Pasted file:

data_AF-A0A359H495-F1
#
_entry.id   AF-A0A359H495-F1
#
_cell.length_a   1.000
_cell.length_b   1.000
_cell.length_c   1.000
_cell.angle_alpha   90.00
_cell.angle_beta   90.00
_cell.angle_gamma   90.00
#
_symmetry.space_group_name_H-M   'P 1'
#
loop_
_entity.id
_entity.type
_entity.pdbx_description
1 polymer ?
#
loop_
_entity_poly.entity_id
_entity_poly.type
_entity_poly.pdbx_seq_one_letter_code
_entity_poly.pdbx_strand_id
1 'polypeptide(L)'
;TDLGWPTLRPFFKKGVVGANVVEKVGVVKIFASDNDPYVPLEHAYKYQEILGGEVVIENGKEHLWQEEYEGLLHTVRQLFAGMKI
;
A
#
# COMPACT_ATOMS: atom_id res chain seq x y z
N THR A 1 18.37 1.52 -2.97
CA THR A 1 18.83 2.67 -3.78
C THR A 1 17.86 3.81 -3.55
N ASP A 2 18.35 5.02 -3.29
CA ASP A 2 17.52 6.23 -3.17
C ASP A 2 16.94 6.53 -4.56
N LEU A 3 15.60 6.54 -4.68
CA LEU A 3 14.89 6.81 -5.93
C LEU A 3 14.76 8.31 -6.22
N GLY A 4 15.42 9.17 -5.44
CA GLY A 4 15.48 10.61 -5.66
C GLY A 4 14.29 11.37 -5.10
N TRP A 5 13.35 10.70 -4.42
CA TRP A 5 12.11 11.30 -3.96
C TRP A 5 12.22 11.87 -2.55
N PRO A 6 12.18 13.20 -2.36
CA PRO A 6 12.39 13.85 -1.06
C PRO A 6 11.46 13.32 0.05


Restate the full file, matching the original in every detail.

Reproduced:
data_AF-A0A359H495-F1
#
_entry.id   AF-A0A359H495-F1
#
_cell.length_a   1.000
_cell.length_b   1.000
_cell.length_c   1.000
_cell.angle_alpha   90.00
_cell.angle_beta   90.00
_cell.angle_gamma   90.00
#
_symmetry.space_group_name_H-M   'P 1'
#
loop_
_entity.id
_entity.type
_entity.pdbx_description
1 polymer ?
#
loop_
_entity_poly.entity_id
_entity_poly.type
_entity_poly.pdbx_seq_one_letter_code
_entity_poly.pdbx_strand_id
1 'polypeptide(L)'
;TDLGWPTLRPFFKKGVVGANVVEKVGVVKIFASDNDPYVPLEHAYKYQEILGGEVVIENGKEHLWQEEYEGLLHTVRQLFAGMKI
;
A
#
# COMPACT_ATOMS: atom_id res chain seq x y z
N THR A 1 18.37 1.52 -2.97
CA THR A 1 18.83 2.67 -3.78
C THR A 1 17.86 3.81 -3.55
N ASP A 2 18.35 5.02 -3.29
CA ASP A 2 17.52 6.23 -3.17
C ASP A 2 16.94 6.53 -4.56
N LEU A 3 15.60 6.54 -4.68
CA LEU A 3 14.89 6.81 -5.93
C LEU A 3 14.76 8.31 -6.22
N GLY A 4 15.42 9.17 -5.44
CA GLY A 4 15.48 10.61 -5.66
C GLY A 4 14.29 11.37 -5.10
N TRP A 5 13.35 10.70 -4.42
CA TRP A 5 12.11 11.30 -3.96
C TRP A 5 12.22 11.87 -2.55
N PRO A 6 12.18 13.20 -2.36
CA PRO A 6 12.39 13.85 -1.06
C PRO A 6 11.46 13.32 0.05